I am a Refugee: Reflections of a Missionary Leaving Ukraine, Part 2
April 2022

The following was written on March 7, 2022 and published as a SEND U BlogSEND U, SEND International's training and development focus, is a place and a forum for sharing resources, training opportunities and ideas broadly within SEND.

So how does my faith help me deal with my new status as a war refuge? I am still processing this new reality, and so my answer will be very incomplete. 

Reminder that we long for a country of our own 

First of all, this is a reminder to me that we are foreigners and aliens in this world (1 Peter 2:11, Hebrews 11:13). In our 35 years of cross-cultural ministry, we have left homes and ministries several times before. We spent ten years in the Philippines before relocating to Russia. Then after another ten years in Russia, we moved to Ukraine. But this is the first time that we are leaving without knowing what our destination and future ministry location will be. 

I admit that I had become very comfortable in Ukraine. Life was relatively predictable, convenient, inexpensive, and safe. It was a wonderful base for my global training ministry. 

But our citizenship is in the kingdom of God (Eph 2:19, Philippians 3:20). Our new refugee status reminds us that we long for another country, a realm where we really belong and which God is preparing for us (Heb 11:14-16). 

"All these people were still living by faith when they died. They did not receive the things promised; they only saw them and welcomed them from a distance, admitting that they were foreigners and strangers on earth. People who say such things show that they are looking for a country of their own. If they had been thinking of the country they had left, they would have had opportunity to return. Instead, they were longing for a better country—a heavenly one. Therefore God is not ashamed to be called their God, for he has prepared a city for them." - Hebrews 11:13-16 

Recognition that God has been preparing me for this 

Secondly, our new status as war refugees comes with a growing recognition that God has been preparing me for this. Everyone’s journey and story will be somewhat different. But I can now see that God has been uniquely preparing me for this crisis. 

In 2020, we were stuck in Taiwan for 5 months, unable to return to our home in Ukraine due to the pandemic. We adapted and developed new ministries during that time. Maybe that time in Taiwan was part of God’s preparing us for what is happening today. 

Then God has been teaching me through my own research and writing. Over the past 15 years, I have added a great number of Bible notes and journal entries in my Bible software program. All of these notes and journal entries are tagged with various biblical themes. Recently I discovered that “suffering” was my fourth most common tag. This has been a theme that I have seen over and over again through the Scriptures, often in relationship to the cost of discipleship.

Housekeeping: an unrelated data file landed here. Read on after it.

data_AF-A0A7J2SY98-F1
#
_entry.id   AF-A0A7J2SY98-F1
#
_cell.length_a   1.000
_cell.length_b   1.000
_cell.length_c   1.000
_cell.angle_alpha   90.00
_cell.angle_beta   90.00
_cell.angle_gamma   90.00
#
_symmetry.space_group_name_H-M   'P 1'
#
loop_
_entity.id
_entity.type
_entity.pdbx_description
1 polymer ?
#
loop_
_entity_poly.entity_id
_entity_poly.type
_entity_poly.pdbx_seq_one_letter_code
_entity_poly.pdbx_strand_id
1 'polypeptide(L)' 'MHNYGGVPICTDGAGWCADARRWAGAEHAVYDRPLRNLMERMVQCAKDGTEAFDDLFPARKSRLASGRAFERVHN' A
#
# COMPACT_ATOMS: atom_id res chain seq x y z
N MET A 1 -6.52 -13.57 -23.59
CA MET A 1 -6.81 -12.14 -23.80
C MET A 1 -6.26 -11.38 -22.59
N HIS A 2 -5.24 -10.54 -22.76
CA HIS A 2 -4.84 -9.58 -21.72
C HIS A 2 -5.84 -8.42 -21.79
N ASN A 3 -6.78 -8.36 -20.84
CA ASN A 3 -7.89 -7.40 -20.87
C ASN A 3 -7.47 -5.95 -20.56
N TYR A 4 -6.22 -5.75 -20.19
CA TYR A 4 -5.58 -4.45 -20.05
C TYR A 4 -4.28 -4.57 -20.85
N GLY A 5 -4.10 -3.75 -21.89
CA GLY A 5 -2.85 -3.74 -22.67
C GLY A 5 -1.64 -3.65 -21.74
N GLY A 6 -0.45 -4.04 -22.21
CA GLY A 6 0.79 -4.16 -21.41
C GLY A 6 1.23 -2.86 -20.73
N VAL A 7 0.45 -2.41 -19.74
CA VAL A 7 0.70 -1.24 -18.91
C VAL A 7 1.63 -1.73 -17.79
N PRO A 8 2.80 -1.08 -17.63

Furthermore, I just finished a blog series on resilience. Now I have an opportunity to practice what I learned about becoming more resilient! 

Warnings strengthen resolve 

A couple of days ago, I reflected on how Jesus repeatedly warned the disciples of what was going to happen to him as he headed toward the cross. Similarly, the Holy Spirit repeatedly warned Paul that prison and hardships were facing him (Acts 20:23). But these warnings only strengthened Paul’s resolve to keep running the race and complete the task Christ had given him. 

“And now, compelled by the Spirit, I am going to Jerusalem, not knowing what will happen to me there. I only know that in every city the Holy Spirit warns me that prison and hardships are facing me. However, I consider my life worth nothing to me; my only aim is to finish the race and complete the task the Lord Jesus has given me—the task of testifying to the good news of God’s grace."
Acts 20:22-24 

God provides warnings of coming hardships to prepare us. These warnings are not meant to terrify us but to strengthen us. They help to shape our expectations of what the “normal Christian life” will look like. 

An opportunity to practice waiting on the Lord 

Probably the primary lesson I learned in 2021 was that I needed to learn to wait on God. Rather than pushing hard for a quick resolution of a problem, I needed to become more patient and allow God to work it out in his time. The following verses from Psalm 27 became very meaningful and I committed them to memory. 

"I remain confident of this: I will see the goodness of the LORD in the land of the living. Wait for the LORD; be strong and take heart and wait for the LORD." - Psalm 27:13-14 

Now we are again in a position of needing to wait. God is still good. His goodness has not diminished one iota since 2021. We need to wait for him, rather than immediately trying to figure out what we should do next. We will again see the goodness of the Lord in the land of the living. But we will need to patiently wait on God. In his time, our next directions will become clear. 

Becoming a refugee is never a comfortable place to be. But it is a place to learn to trust God in new ways.

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